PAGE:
Somewhere in the zone between idea and execution, e-commerce suffers from a case of diminished returns.
Take online bill payment, for example.
At the new-idea stage, online billing was going to let every business — from dry cleaners to international investment companies — streamline their operations and offer customers a convenient way to “pay as they go.”
What could be simpler, right? You just click to a Web site, and with several keystrokes, all of your various bills are paid within just a few minutes. The site takes the funds from the account you specified, in the amounts you want, and pays your creditors instantaneously. And you get to get on with your life.
Unfortunately, somewhere along the journey from concept to reality, the convenience factor of online bill-pay got desperately lost. Moreover, a number of variables jumped in the way and discouraged consumers from climbing aboard the online billing train.
I count myself in that slim majority of American consumers who do pay their bills online. Still, I have some reservations about the process.
About a year ago I started paying bills for a major credit card at the company’s Web site. Six months later I began paying most of my bills at my bank’s Web site, including the above-mentioned credit card bill.
After paying the credit card bill at the bank’s Web site for a few months, I received an e-mail from the credit card company, attempting to entice me back to the site with a promise of a US$10 credit to my account if I would pay my bill at its site six months in a row.
I decided to continue paying the credit card bill at my bank’s Web site, along with my other bills. Soon I received another e-mail from the credit card company telling me my online billing privileges were being suspended due to “lack of use.”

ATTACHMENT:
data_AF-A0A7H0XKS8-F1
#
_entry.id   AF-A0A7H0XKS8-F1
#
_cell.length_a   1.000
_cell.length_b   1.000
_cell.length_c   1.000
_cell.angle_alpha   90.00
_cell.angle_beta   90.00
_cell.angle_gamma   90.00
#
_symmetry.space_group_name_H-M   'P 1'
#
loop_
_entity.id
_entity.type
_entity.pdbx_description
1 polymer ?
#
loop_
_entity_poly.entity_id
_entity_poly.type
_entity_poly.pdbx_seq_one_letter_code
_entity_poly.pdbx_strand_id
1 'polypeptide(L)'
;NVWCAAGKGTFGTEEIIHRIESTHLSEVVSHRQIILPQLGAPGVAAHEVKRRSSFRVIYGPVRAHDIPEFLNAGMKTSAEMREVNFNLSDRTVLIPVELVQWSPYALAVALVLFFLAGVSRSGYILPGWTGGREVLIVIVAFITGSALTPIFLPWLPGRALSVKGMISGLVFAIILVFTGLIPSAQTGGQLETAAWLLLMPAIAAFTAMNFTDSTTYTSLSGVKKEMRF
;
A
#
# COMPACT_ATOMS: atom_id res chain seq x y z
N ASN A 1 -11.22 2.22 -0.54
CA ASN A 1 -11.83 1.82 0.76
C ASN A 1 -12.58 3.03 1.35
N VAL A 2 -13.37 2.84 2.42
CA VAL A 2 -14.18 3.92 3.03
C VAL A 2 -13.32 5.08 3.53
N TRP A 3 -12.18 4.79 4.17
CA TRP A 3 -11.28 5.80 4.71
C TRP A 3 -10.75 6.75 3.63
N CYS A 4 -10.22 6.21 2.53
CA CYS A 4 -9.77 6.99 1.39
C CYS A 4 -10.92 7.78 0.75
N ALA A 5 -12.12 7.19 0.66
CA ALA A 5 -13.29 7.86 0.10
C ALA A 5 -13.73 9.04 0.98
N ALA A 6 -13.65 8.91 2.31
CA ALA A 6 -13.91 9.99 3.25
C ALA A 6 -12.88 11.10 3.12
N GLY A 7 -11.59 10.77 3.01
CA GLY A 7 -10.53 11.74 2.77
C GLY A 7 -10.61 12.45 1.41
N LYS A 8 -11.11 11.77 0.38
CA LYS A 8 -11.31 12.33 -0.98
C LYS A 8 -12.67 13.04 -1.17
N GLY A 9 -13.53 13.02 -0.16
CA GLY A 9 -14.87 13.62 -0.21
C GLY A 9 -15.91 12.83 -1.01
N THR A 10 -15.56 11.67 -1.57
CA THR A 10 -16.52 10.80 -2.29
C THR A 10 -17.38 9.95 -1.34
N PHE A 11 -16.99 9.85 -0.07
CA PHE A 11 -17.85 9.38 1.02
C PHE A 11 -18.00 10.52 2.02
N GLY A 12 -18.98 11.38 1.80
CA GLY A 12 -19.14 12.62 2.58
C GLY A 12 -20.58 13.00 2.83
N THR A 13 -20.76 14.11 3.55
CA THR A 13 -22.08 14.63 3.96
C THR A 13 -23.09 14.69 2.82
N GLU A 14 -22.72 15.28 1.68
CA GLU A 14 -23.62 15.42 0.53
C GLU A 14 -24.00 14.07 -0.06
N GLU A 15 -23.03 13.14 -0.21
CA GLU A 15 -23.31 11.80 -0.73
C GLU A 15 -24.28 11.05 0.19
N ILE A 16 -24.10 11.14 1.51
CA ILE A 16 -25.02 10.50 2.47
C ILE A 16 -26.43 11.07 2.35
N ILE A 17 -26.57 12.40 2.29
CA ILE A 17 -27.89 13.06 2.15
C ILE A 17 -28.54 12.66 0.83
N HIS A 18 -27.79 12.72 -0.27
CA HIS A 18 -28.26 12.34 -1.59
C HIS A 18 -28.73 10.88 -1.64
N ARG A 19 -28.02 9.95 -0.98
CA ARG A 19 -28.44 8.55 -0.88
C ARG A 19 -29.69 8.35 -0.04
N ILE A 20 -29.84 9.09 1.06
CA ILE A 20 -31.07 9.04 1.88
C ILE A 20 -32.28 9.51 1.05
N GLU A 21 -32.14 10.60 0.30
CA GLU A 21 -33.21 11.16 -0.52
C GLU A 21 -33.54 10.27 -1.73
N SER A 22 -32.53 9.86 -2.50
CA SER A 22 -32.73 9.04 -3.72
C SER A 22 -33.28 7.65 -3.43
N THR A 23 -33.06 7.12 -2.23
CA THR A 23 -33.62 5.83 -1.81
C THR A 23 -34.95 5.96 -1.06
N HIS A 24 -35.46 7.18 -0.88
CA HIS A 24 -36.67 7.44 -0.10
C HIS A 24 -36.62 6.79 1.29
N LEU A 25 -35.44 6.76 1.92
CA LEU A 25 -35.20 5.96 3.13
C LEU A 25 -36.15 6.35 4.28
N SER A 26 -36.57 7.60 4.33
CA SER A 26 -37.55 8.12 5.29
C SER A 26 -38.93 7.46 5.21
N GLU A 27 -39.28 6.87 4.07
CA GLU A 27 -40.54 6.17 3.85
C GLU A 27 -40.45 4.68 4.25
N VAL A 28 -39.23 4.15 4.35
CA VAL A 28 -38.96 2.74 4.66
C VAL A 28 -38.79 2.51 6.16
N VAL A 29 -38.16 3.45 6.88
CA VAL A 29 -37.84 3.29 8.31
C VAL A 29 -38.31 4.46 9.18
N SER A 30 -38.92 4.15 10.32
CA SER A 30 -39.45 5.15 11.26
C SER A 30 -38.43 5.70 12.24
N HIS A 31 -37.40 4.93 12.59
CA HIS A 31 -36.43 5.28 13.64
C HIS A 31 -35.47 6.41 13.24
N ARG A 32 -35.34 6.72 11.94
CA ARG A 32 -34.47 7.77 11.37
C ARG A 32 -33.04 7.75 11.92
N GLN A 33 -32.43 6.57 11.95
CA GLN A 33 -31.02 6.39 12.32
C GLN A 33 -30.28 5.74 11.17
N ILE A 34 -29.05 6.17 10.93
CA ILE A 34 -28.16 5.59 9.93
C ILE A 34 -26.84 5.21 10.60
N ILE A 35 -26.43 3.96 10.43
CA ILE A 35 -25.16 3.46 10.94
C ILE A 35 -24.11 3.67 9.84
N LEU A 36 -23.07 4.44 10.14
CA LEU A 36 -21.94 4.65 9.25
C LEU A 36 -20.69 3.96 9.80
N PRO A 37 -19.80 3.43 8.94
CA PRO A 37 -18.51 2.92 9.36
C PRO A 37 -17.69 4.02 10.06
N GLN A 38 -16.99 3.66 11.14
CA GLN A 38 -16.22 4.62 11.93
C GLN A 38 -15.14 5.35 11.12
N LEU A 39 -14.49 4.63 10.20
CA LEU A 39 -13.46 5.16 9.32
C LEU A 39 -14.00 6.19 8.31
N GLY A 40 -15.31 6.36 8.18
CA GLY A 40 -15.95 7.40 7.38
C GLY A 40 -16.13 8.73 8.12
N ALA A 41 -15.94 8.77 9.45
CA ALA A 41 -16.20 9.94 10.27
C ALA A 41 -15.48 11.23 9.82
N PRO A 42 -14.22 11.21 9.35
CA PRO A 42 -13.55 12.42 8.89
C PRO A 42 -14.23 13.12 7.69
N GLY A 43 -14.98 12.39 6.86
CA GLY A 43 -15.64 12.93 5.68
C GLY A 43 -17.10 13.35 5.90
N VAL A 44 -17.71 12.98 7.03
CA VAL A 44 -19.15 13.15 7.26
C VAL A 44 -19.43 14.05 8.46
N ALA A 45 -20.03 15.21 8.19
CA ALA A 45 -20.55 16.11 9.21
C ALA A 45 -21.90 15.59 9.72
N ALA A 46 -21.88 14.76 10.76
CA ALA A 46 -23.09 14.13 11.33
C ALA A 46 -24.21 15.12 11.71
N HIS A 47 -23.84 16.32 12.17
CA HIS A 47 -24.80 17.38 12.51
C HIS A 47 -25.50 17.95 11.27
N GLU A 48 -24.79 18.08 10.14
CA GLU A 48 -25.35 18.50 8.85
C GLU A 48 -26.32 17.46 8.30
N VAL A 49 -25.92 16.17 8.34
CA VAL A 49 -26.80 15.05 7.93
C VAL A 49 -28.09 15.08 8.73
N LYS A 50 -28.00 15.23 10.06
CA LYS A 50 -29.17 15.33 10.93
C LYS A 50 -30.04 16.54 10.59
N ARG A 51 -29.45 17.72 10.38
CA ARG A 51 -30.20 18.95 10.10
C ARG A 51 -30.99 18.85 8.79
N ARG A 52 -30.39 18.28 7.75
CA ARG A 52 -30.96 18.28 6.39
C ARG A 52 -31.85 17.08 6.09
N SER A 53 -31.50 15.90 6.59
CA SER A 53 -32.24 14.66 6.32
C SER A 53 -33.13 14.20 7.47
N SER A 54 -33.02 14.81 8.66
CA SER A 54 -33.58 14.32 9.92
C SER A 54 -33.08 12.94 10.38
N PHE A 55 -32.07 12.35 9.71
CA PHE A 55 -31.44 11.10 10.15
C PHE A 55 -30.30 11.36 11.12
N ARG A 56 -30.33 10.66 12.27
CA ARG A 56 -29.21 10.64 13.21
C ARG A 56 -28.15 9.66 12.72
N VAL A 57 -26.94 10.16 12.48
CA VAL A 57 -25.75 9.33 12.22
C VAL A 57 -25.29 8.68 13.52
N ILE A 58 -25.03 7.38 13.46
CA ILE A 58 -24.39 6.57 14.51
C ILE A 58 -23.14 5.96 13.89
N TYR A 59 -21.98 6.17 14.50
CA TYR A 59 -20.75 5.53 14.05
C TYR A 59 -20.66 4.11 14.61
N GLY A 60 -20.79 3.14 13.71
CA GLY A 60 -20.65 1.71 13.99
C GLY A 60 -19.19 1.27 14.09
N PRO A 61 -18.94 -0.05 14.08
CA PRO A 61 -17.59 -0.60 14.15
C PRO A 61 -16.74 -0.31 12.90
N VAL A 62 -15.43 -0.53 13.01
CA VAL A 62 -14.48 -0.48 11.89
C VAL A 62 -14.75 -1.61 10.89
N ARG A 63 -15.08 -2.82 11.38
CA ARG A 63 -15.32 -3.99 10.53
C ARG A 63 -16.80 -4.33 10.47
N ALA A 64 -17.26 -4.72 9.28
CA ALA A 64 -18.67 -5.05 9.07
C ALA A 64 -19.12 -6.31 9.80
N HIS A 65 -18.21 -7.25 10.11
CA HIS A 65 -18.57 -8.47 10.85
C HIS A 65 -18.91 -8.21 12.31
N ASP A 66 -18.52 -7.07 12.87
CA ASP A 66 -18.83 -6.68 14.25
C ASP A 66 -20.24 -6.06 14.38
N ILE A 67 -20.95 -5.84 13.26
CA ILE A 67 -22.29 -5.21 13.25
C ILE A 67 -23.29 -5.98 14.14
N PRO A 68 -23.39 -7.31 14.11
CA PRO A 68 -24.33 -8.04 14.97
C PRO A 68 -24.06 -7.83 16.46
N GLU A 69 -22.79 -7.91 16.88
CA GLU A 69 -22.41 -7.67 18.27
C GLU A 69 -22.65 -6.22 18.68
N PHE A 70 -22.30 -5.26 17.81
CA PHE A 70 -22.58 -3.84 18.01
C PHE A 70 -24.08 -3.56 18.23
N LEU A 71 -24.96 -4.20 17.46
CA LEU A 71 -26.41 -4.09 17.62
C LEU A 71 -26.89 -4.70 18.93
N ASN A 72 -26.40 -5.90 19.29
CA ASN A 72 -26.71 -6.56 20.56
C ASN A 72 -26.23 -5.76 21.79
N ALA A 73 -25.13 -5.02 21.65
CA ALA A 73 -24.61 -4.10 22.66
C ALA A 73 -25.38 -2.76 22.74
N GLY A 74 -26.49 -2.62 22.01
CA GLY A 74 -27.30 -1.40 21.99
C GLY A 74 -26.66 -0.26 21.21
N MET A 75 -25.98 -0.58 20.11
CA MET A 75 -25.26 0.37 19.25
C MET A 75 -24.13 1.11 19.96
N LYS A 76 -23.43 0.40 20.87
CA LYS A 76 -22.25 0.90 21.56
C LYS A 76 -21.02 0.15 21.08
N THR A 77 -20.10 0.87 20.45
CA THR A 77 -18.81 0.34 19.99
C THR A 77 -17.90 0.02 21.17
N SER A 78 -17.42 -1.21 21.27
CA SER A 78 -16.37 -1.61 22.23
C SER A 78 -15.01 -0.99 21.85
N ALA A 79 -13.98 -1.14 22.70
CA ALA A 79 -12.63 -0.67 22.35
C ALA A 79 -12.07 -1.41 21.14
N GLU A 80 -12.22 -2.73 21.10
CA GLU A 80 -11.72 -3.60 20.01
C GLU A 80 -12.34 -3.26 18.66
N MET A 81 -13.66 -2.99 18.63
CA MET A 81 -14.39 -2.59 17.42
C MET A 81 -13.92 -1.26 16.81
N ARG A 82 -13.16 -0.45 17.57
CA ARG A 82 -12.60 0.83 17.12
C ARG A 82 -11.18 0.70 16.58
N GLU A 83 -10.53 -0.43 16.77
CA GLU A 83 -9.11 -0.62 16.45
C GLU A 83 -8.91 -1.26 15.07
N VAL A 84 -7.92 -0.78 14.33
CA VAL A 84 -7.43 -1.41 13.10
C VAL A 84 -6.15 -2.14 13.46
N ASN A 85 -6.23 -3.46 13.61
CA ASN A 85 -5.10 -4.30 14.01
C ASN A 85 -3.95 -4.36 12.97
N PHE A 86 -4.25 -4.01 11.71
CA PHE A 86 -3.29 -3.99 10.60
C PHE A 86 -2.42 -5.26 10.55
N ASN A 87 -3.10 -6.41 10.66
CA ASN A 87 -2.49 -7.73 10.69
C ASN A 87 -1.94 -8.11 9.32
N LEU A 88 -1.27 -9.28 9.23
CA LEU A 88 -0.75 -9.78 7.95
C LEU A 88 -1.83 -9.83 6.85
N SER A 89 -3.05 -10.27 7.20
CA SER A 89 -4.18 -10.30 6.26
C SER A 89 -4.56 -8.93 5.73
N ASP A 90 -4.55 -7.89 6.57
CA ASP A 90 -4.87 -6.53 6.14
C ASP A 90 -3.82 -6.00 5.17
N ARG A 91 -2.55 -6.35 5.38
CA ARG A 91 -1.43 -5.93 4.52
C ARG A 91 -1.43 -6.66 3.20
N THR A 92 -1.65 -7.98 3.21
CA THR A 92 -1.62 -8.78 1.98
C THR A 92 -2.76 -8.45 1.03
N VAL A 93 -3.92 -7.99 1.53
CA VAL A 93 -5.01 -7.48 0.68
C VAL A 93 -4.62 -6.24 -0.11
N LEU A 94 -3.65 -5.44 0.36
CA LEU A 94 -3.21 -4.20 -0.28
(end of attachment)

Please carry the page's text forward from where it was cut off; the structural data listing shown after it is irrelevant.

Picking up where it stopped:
I e-mailed the credit card company, asking it to please keep my online billing account open because I liked the convenience of reading my statement online. The company did not respond, and my online billing account was unceremoniously closed.
Meanwhile, my bank, which had aggressively courted me as an online customer, was doing a stellar job of enabling me to pay my bills online. In fact, shortly after I adopted the service, the bank offered a monthly debit service, in which every month any standing bills I had would be paid automatically, once I did an initial setup.
I appreciate the service because it pays a few bills that are exactly the same amount and due on the same day of every month. I don’t even have to think about it. However, soon I received my bank statement and found a mysterious “setup fee” tacked on to my regular charges, as well as a $6 monthly “online billing” fee.
So I contacted the bank, which directed me to its Web site, where buried deep — really, really deep — there was a page that outlined the charges.
It is worth the $6 a month to me to have the service, but my guess is that there are a lot of customers out there who are already hesitant to pay their bills online and need some nurturing to be convinced of the viability and security of the service.
To charge newbies a fee for something they already have misgivings about is probably not wise — especially when they are not told about the fee before it arrives. Customer relationship errors like that may account in part for the extremely low percentage of consumers who pay their bills online.
Would it not make sense for online billers and banks to bear some of the initial costs to increase their online bill-pay business?
After all, if a company can significantly reduce its paper trail and postage costs by persuading a substantial number of its customers to go electronic, the long-term benefits of selling online billing services would seem worth some up-front outlay by the biller.
As usual, the numbers tell the story. Gartner reports that of this country’s estimated 130 million Internet users, only about 3 million pay any bills online. Further, most of those who do pay online still want a paper statement sent to them via traditional mail.
Consumers have made themselves clear: they’re not ready to pay much for a service that has yet to prove itself to them.
Note: The opinions expressed by our columnists are their own and do not necessarily reflect the views of the E-Commerce Times or its management.